warn you: there WILL be spoilers in this article.
I bought Primer on spec a few days ago because it said “Donnie Darko for grown-ups” on the cover, which prompted me to read the back, which made me buy it. I watched it the next day in the evening after a good curry and during a good bottle of Chilean cabernet sauvignon. I then immediately watched it again with the director’s commentary switched on, such was my fascination, frustration and appreciation of its achievement. I’ve spent the last few days scouring messageboards for theories and ideas, and I fully intend to watch it again all the way through, possibly with a notebook, within the next few days.
Time travel movies, like zombie movies, are a guilty pleasure of mine. I don’t own many on DVD for fear of looking like a geek, but they’re something that I relish watching when no one who I might need to impress is looking. I even got my girlfriend to like Dawn of the Dead. She still won’t budge on Groundhog Day though. Donnie Darko’s just about acceptable. The Back to the Future movies only really work as Saturday morning fare. 12 Monkeys is cool but messy (Brad’s best performance OH BUT THEY’RE ALL THE SAME). La Jetee obviously stands up to considerably more scrutiny than some others (Time Bandits, that bizarre French kids flick with Depardieu in it, numerous other pieces of ill-conceived sci-fi claptrap) but it’s still, at base, a film about traveling in time and thus very, very silly, no matter how exquisitely beautiful it might be.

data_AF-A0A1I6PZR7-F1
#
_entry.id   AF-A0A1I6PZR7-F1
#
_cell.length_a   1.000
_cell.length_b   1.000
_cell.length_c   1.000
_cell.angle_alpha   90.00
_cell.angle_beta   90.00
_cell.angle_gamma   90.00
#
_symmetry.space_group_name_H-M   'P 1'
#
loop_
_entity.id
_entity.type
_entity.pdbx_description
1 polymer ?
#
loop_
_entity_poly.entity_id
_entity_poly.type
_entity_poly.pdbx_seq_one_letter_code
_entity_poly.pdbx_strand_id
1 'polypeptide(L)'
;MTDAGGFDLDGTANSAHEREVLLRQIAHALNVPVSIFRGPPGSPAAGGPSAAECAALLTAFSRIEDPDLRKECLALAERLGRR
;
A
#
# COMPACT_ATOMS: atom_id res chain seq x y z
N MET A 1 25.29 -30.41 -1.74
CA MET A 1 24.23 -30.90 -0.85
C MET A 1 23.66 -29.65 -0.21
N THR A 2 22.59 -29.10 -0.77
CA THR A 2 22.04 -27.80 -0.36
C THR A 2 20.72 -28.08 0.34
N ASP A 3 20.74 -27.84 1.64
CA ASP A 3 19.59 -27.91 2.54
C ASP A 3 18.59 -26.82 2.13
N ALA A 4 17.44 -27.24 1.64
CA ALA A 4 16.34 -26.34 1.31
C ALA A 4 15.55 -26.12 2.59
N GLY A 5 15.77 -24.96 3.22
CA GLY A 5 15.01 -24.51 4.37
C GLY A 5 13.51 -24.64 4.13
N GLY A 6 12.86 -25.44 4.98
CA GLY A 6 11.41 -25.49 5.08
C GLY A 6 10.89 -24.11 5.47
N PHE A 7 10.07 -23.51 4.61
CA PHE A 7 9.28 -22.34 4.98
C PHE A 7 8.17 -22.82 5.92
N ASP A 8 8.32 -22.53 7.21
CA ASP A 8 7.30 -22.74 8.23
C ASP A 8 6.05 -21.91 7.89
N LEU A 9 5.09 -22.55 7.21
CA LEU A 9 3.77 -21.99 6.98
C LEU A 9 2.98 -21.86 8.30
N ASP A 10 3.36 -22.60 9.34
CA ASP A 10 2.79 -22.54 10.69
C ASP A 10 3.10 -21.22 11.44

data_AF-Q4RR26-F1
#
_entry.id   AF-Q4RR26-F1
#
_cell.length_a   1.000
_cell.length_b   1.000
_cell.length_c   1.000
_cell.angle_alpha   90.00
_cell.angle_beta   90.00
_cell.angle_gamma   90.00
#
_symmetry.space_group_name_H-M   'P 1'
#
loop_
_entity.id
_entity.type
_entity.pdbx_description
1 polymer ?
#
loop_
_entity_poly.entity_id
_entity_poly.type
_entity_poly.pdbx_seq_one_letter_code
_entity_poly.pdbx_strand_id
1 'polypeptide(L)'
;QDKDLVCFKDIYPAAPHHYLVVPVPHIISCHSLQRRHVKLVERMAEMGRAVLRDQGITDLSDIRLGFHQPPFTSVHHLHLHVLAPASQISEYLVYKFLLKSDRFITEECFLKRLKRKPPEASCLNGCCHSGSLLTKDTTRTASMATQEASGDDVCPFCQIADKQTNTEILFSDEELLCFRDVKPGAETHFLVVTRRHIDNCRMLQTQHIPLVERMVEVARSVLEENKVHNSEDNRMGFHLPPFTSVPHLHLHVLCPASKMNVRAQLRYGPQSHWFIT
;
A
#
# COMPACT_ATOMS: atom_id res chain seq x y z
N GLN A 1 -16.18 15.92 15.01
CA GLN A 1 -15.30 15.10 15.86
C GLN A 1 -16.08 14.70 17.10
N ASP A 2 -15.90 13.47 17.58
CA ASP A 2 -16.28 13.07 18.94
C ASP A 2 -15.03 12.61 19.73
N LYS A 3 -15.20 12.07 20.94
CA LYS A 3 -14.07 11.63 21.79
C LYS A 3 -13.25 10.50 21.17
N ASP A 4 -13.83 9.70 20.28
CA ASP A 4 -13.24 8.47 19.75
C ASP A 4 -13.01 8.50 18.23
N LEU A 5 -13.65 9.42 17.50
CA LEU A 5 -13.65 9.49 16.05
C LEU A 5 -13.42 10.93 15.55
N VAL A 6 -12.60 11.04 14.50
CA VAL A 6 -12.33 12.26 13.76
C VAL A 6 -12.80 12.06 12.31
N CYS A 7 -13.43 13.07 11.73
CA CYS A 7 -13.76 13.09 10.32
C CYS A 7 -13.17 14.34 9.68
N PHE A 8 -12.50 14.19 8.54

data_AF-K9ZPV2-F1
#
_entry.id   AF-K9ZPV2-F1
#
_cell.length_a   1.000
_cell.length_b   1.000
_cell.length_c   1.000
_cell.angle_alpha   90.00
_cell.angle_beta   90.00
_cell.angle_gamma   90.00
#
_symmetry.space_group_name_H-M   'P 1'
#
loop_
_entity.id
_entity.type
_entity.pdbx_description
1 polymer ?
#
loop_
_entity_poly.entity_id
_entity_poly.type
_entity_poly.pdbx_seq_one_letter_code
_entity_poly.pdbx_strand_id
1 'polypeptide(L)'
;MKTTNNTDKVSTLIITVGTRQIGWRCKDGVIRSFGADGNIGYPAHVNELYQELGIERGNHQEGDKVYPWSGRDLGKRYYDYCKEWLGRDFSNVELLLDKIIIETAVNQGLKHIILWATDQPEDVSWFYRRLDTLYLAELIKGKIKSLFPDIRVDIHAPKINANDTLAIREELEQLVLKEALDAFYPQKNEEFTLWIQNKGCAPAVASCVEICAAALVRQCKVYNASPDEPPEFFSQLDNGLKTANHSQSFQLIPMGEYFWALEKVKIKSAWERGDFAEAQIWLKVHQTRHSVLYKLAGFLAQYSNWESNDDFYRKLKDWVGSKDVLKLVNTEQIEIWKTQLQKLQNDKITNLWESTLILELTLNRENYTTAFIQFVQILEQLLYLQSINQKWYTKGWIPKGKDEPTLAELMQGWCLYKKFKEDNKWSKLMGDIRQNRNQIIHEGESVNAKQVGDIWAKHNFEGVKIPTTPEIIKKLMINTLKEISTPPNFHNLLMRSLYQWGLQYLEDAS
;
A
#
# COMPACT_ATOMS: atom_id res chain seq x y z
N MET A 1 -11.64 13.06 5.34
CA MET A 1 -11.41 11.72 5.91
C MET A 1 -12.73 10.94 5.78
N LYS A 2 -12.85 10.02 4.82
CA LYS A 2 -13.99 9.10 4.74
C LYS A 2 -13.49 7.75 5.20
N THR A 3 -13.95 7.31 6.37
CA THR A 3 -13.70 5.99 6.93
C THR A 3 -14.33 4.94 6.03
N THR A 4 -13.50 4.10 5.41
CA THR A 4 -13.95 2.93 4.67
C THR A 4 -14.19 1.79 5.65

Some background on Primer before we begin. Shane Carruth is a maths graduate who had worked in engineering for a few years when he decided to jack it in and write instead. Realising he wanted to work with words as well as pictures, he taught himself how to make a film, in a very methodical, mathematician-like way. He started with screenwriting and went through storyboarding, sound editing, producing, directing, operating a camera; in short, everything. He spent two years writing the plot. He refused to script any individual scenes until he had permission to shoot them on the locations that he needed, be that his mum’s living room, his brother’s apartment, an office building, a hotel, or a well-known American storage company warehouse.